National Coin Week: What’s in Your Pocket Change?

National Coin Week: What's in Your Pocket Change?

“Dynamic Designs, Artistic Masterpieces” is the theme of National Coin Week, April 17-23, 2022


Look closely at the change in your pocket or purse. You might have coins worth more than face value and certainly will find miniature works of art on every piece of money, according to the American Numismatic Association (ANA), which celebrates National Coin Week April 17-23, 2022.

Established in 1924, the theme of this year’s National Coin Week is “Dynamic Designs, Artistic Masterpieces.”

“Money is history you can hold in your hands. Every coin or piece of paper money in your pocket, wallet, or purse has a story to tell about people, places, and events,” said Dr. Ralph Ross, president of the Congressionally-chartered American Numismatic Association based in Colorado Springs, Colorado.

With recent economic hard times, some older and potentially valuable coins might turn up in circulation as people cash in coins stored in piggy banks, coffee cans, and sock drawers.

Every pre-1965 dated dime, quarter-dollar, and half-dollar is composed of 90 percent silver, so if silver is $25 an ounce, those coins are worth about 18 times face value because of their precious metal content, according to the ANA. For example, when silver is at $25, a common dime dated 1964 or earlier, is worth about $1.80; 1964 or earlier quarters are worth about $4.50 each; and 1964 or earlier half dollars contain about $9 in silver. Scarce date and mintmark coins can be worth significantly more.

“While you may not find a fortune in your pocket change, we want people to realize the historical, cultural, artistic, and economic importance of all money, as well as the enjoyment of coin and paper money collecting,” said National Coin Week coordinator Andy Dickes. “Over the centuries, the designs, denominations, and metallic content of coins can tell us a great deal about civilizations past and present, such as famous and not-so-famous political and historical figures, important events, and landmarks.”

New dynamic designs and artistic masterpieces on coins continue today. All quarter-dollars issued for circulation in 2022 have a new image of President George Washington.

The “new” portrait of Washington on the obverse was created 90 years ago by acclaimed sculptor Laura Gardin Fraser as a proposed design to commemorate Washington’s 200th birthday in 1932. It is now being used as part of the United States Mint’s four-year American Women Quarters Program that will honor 20 different women with special designs on the reverse of quarters issued through 2025.

The ANA is providing complimentary online educational programs as well as hobby-related games and quizzes for the chance to win prizes during National Coin Week.

Between April 17 and 23, new members can join the Association at special discount rates of $13 for an online-only membership and $31 to receive the print edition of the Association’s award-winning monthly magazine, The Numismatist. Everyone joining or renewing their membership at the special discount rates that week will also receive a complimentary copy of the informative book Collecting Rare Coins for Pleasure and Profit.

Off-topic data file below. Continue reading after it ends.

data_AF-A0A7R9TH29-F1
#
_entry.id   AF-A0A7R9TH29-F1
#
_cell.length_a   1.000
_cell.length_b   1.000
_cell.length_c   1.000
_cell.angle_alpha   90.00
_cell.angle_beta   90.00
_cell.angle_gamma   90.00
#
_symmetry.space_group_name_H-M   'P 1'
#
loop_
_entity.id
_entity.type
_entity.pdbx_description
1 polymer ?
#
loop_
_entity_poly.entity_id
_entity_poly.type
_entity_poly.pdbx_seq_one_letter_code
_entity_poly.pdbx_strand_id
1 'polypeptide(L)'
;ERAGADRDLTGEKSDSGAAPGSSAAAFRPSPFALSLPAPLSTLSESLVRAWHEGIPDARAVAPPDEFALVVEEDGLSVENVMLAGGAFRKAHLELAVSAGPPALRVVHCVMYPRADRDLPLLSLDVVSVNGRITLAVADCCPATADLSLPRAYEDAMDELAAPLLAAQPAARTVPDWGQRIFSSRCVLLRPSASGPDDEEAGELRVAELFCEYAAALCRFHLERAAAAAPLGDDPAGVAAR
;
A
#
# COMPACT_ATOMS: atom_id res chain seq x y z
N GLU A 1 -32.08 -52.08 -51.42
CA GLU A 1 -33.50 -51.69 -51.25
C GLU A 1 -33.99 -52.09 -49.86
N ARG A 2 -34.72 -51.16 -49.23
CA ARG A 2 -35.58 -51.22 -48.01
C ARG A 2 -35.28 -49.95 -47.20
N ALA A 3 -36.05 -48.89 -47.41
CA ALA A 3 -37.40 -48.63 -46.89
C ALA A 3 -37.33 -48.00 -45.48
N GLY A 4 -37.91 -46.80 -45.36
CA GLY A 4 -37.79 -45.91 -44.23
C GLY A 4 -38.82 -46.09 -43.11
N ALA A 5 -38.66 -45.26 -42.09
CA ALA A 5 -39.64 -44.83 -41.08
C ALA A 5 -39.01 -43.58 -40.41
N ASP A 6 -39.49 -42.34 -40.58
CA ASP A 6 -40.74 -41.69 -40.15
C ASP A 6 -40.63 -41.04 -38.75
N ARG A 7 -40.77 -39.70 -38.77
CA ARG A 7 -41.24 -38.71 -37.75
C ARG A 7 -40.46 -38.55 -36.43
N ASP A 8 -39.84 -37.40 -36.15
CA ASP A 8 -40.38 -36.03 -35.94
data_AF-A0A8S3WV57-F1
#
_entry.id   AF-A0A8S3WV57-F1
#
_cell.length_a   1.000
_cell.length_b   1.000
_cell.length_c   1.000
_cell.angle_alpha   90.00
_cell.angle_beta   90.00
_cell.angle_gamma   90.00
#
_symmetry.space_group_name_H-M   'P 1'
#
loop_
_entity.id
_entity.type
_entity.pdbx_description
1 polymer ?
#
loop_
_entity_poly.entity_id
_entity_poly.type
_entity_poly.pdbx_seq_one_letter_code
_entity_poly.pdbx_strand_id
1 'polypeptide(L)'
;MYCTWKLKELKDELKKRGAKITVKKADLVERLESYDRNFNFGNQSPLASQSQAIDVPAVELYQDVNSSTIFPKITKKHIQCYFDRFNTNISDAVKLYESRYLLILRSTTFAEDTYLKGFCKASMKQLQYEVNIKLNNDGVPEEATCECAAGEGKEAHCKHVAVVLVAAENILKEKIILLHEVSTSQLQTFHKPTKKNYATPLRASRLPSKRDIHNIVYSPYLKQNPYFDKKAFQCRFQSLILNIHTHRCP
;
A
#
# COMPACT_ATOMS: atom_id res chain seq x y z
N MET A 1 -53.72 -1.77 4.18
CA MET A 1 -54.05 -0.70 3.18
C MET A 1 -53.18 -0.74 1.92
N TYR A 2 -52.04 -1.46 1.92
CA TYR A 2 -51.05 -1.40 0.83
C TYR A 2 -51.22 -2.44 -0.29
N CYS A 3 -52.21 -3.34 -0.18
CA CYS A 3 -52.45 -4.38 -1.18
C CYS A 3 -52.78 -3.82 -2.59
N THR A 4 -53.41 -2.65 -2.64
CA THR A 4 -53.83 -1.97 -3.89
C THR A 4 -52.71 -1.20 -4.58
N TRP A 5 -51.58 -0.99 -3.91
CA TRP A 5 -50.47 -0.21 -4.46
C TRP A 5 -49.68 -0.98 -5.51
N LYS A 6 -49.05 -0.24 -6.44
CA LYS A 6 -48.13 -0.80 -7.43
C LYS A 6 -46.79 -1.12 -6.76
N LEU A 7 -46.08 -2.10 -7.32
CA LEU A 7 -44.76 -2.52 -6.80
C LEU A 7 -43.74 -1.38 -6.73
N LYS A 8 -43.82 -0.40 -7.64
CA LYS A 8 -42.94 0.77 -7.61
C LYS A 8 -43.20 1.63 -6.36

For additional information, visit

* * *

The American Numismatic Association (ANA) is a congressionally chartered, nonprofit educational organization dedicated to encouraging the study and collection of coins and related items. The ANA helps its members and the public discover and explore the world of money through its vast array of educational and outreach programs, as well as its museum, library, publications, and conventions. For more information, call (719) 632-2646 or visit

Related Articles


    • Nice find!

      To address names and spelling, the small silver 5¢ coins like the one you have were never called nickels [sp]. They were always “half dimes” (rather than “half of a dime”).

      In fact the name “nickel” originally referred to multiple denominations. It started being used in the mid-19th century when the Mint began making nickel-alloy 1¢, 3¢, and 5¢ coins. People referred to -all- of them as “nickels” to distinguish them from their copper and silver counterparts. I.e. there were “3-cent nickels”, “5-cent nickels”, etc. If you search for those terms you’ll find a lot more interesting material.

      Cents were changed from cupronickel alloy to bronze in 1864, half-dimes were discontinued in 1873, and 3-cent nickels were phased out in 1889. That left the “5-cent nickel” as the only coin that contained the metal. There was no longer any need to specify a denomination, so people shortened the 5¢ piece’s nickname to just “nickel” … and here we are 130+ years later.


Please enter your comment!
Please enter your name here

This site uses Akismet to reduce spam. Learn how your comment data is processed.